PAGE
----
Protect Your Home Against Heat and Moisture Problems in the Attic
Look up at your roof and you may see several things – perhaps chimneys, skylights or dormers – depending on the architecture of your house. Upon a closer look, you may also notice box- or dome-like objects, or wind- or electricity-powered turbine-like features. These are out-take vents, and they play a very important role when it comes to the longevity of your roof, that of keeping your attic cool and dry.
The Role of Out-Take Vents
A proper functioning roof ventilation system ensures that air is continuously moving in and out of the attic year round. Fresh outdoor air enters the attic from in-take vents on or near the roof’s lower edge. The air passes through the entire attic space and exits via out-take vents that are set higher on the slope near the peak.
An out-take vent provides two necessary functions related to heat and moisture control in the attic:
- Helps prevent damaging heat buildup. Trapped heat in the attic warms the roof’s surface. In summer, this lingering hot air encourages early aging of roofing materials. Telltale signs of heat damage are cracked wood, buckled shingles and warped decking. This trapped hot air can also transfer back into the house if the ceiling insulation is in poor condition. Now, in order to keep the house cool, the air conditioner must work overtime, increasing your energy bill.
In winter, a warm roof can cause very serious problems known as ice dams. That’s when melted snow and ice run down to the edge and refreeze. In time, it builds an ice barrier that traps water, causing a whole set of moisture-related problems. Learn more about ice dams and other winter issues: Before the Temperature Drops, Let the Experts Check Your Roof.
Airflow vents are necessary to regulate temperature in the attic by helping warm interior air flow to the exterior on a constant bases.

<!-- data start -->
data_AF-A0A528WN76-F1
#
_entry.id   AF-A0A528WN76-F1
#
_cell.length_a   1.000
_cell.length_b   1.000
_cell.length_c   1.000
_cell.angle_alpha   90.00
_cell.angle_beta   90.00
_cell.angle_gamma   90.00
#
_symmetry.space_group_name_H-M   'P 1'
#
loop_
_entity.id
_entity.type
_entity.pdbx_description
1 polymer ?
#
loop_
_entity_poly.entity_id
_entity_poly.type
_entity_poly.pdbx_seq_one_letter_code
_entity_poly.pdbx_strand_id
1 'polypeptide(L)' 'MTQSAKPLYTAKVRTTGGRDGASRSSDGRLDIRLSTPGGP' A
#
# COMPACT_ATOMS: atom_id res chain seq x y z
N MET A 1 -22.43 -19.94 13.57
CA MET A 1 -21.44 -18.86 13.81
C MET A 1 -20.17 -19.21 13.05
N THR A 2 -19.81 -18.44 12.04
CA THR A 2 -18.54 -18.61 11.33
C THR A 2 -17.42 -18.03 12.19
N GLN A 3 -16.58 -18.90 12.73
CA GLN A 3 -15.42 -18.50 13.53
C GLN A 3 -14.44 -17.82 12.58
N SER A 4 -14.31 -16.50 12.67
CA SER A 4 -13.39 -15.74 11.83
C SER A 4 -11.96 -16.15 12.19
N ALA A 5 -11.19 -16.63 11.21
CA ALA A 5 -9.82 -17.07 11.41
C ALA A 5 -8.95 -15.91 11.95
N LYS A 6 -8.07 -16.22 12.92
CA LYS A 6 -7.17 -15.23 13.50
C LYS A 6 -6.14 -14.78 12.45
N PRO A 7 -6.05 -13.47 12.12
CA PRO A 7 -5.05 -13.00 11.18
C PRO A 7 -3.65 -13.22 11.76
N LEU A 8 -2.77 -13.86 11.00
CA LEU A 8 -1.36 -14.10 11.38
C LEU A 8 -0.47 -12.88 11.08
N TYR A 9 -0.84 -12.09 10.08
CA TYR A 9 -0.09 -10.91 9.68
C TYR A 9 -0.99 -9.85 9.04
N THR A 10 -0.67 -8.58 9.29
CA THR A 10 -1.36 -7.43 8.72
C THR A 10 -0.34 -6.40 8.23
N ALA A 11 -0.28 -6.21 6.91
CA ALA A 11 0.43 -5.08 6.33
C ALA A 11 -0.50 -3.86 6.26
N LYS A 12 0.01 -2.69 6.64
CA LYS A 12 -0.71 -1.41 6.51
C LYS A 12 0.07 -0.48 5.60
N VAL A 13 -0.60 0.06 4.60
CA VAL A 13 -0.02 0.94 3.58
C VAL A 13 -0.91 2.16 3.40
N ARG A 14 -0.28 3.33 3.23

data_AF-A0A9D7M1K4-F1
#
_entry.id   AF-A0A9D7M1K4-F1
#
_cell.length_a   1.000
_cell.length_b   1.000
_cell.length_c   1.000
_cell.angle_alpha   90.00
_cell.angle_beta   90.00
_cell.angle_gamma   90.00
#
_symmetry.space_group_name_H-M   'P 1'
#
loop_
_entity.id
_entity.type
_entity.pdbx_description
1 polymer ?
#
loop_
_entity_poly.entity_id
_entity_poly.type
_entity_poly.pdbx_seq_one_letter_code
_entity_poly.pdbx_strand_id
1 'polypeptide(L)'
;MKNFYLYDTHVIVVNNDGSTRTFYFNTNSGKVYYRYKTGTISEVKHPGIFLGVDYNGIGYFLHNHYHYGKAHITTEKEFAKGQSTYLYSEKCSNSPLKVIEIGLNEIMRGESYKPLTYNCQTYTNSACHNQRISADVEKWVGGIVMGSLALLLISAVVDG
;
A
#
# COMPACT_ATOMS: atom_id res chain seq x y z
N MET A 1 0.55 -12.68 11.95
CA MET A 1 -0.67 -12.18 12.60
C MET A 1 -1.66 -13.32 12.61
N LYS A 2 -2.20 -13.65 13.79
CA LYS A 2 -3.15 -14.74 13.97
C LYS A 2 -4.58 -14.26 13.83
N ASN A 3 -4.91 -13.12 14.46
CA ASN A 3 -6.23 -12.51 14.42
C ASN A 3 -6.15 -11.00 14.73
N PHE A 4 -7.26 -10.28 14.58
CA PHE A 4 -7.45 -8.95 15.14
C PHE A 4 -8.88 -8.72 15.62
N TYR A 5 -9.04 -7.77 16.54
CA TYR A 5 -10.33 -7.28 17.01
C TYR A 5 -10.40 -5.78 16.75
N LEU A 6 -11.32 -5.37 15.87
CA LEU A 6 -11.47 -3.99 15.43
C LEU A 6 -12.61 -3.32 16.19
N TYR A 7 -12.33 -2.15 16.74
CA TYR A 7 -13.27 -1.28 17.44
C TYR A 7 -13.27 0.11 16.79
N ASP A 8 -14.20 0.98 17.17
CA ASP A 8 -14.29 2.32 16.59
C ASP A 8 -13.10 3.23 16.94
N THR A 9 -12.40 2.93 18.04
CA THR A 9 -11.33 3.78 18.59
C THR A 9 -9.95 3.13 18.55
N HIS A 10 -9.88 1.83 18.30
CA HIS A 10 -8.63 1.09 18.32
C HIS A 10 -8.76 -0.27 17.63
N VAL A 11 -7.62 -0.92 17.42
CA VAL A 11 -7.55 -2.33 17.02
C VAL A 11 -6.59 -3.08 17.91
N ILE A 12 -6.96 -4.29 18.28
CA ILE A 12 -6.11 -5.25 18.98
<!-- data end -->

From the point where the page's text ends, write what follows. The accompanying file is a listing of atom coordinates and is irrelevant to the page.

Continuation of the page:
- Helps prevent damaging moisture accumulation. At any time of the year, moisture in the attic can combine with trapped heat to form condensation on cooler surfaces. Moist air that isn’t expelled lingers around on the roofing material until it eventually turns into mold and mildew. Wood structures like rafters and trusses begin to rot and insulation starts to deteriorate because they never get a chance to dry out. Noticeable signs of this damage include rust, dark stains, damp decking or insulation, and water or drip marks on the attic floor.
Airflow vents are essential for removing extra moisture by increasing the airflow. Before it can build up and condense, it’s swept up in air currents and blown out of the attic. Homeowners may be tempted to close or cover out-take vents in winter; however, this isn’t recommended as it restricts the airflow critical for moisture-free attics.
How Much Ventilation Does an Attic Need?
Just like too little ventilation, too much ventilation can also harm a roof. The goal is to create a perfect balance of airflow in and out, no matter the season. Ventilation needs must match your attic space. Similar to an HVAC (heating, ventilation and air conditioning) system, the amount of units installed is dependent on a number of variables such as square footage of the house. It’s important to keep in mind that each house is designed differently, and there’s no set amount of vents a roof should have.
Leave it to the Roofing Replacement and Repair Professionals
Homeowners should sit down with qualified construction specialists to determine what ventilation system is right for their house. At Ashco Exteriors, we’re ready to provide you with a comprehensive evaluation of your attic ventilation system. Count on us to:
- Review existing heat and moisture problems in the attic
- Go over the types of vents
- Explain the best locations for vents to be installed for optimum airflow
- Help you make informed decisions to increase energy efficiency and decrease energy costs in your home
Our friendly roofing replacement and repair technicians at Ashco Exteriors are highly trained and certified experts who work directly in the field, and we adhere to strict building code requirements and construction industry standards for each and every project.
Get started with a free 7-point roof inspection today!
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